NEW WORKFORCE PROGRAMS ASLEEP ON THE JOB

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It’s a hard job, and apparently nobody wants to do it. Federal lawmakers have overhauled the business of putting people to work in the last few years, but the results, so far, are somewhat underwhelming.

For one, New York City is lagging far behind in its efforts to implement the federal Workforce Investment Act. This law, which took effect July 1, was designed to usher in a brave new world of job training and employment development. Replacing an old and disorganized system, WIA is supposed to offer efficient one-stop help for anyone looking for work-from 45-year- old high school dropouts to laid-off dot-com entrepreneurs.

New York City, though, is dawdling. The July 1 deadline has come and gone, and the city still hasn’t set up its legally mandated advisory board, or figured out how it will spend its federal allotment of $126 million in workforce training money. So late last month, the State Department of Labor sent a letter warning New York City that it better get its act together-fast.

“The city is in big trouble,” said Maurice Emsellem of the National Employment Law Project, a nonprofit that has closely tracked the process. “They have a long way to go: They have to review their plan, come up with a voucher system, and set up a system for screening providers. Given their past history, we don’t have a lot of faith that all of a sudden it’ll work out.”

Emsellem and other critics also worry that in the rush, crucial decisions about job development and training in the city will get made by welfare-obsessed city bureaucrats, rather than the business, labor and educational groups that could make the new system work.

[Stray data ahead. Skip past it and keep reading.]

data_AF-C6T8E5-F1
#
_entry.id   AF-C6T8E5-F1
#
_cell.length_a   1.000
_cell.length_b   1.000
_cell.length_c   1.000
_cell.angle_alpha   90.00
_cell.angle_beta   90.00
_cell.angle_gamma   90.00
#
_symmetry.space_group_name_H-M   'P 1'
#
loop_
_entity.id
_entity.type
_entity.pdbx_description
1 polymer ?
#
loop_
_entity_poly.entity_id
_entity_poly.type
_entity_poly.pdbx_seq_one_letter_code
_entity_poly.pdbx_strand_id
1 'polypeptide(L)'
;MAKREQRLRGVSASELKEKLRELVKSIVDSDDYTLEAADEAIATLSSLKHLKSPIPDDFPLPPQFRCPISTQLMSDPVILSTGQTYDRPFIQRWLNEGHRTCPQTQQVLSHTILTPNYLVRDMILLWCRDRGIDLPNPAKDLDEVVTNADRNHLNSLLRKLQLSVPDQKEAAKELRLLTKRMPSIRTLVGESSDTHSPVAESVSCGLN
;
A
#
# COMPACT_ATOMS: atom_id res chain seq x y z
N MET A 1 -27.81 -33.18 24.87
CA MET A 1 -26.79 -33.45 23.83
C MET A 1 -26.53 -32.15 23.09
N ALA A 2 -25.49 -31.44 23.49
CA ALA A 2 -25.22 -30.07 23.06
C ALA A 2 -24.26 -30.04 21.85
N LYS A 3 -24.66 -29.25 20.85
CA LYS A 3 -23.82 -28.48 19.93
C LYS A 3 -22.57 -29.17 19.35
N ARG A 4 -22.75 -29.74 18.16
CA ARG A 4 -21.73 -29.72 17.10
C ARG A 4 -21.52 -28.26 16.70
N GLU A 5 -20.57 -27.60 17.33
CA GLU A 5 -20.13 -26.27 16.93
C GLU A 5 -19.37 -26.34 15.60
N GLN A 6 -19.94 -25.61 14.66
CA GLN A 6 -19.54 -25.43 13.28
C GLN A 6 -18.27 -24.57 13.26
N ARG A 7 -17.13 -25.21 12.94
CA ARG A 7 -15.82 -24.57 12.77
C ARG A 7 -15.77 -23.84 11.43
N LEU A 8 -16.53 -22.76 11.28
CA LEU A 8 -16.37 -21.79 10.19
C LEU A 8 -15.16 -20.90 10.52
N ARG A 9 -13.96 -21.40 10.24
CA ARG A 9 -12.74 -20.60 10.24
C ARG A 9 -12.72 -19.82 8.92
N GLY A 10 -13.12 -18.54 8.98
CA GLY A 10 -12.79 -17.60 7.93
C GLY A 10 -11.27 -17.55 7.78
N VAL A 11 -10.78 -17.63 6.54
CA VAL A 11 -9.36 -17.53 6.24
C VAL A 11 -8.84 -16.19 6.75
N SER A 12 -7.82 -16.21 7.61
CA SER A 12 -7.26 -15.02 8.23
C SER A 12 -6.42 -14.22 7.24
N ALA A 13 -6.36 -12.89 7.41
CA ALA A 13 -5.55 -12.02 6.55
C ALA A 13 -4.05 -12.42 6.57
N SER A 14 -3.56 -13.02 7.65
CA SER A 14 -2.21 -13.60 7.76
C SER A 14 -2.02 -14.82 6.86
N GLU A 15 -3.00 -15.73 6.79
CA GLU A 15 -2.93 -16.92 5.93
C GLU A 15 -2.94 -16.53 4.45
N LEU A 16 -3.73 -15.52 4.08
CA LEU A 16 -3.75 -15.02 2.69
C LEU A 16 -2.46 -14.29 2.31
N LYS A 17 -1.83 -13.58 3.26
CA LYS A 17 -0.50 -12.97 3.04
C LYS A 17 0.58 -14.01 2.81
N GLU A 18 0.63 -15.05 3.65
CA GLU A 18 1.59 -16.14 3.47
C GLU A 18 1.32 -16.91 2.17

The city has been given an extension to September 30 to get an advisory board and plan in place, said Margaret Moree, Director of the state Division of Workforce Development and Training: “Everyone’s concerned [about the delays], but we have an increased level of confidence” that the city will meet its new deadline.

A new report from Mathematica Policy Research paints a depressing picture of the other side of workforce reform: the 3-year-old, $3 billion federal effort to help longtime welfare recipients get off the dole and into jobs.

As of last December, the federal government had spent $2.6 billion of that cash, but results have been less than thrilling. The study finds that welfare-to-work programs nationwide have fallen far short of their hopes, and are now talking gingerly about setting “more realistic goals” and “more conservative targets.”

So far, these programs manage to enroll an average of 19 people each month–far fewer than they’d hoped. Only about a quarter of all the people who were supposed to be in regular jobs by now have actually found them, and on average, they’re getting paid only $6.81 per hour. And many of those positions don’t seem much better than what unskilled people could have found on their own: Most have wound up in unstable, low-paid jobs like janitor, home aide, kitchen worker or stock clerk.

The report is now available on the web at aspe.hhs.gov/hsp/wtw-2nd-survey00/index.htm.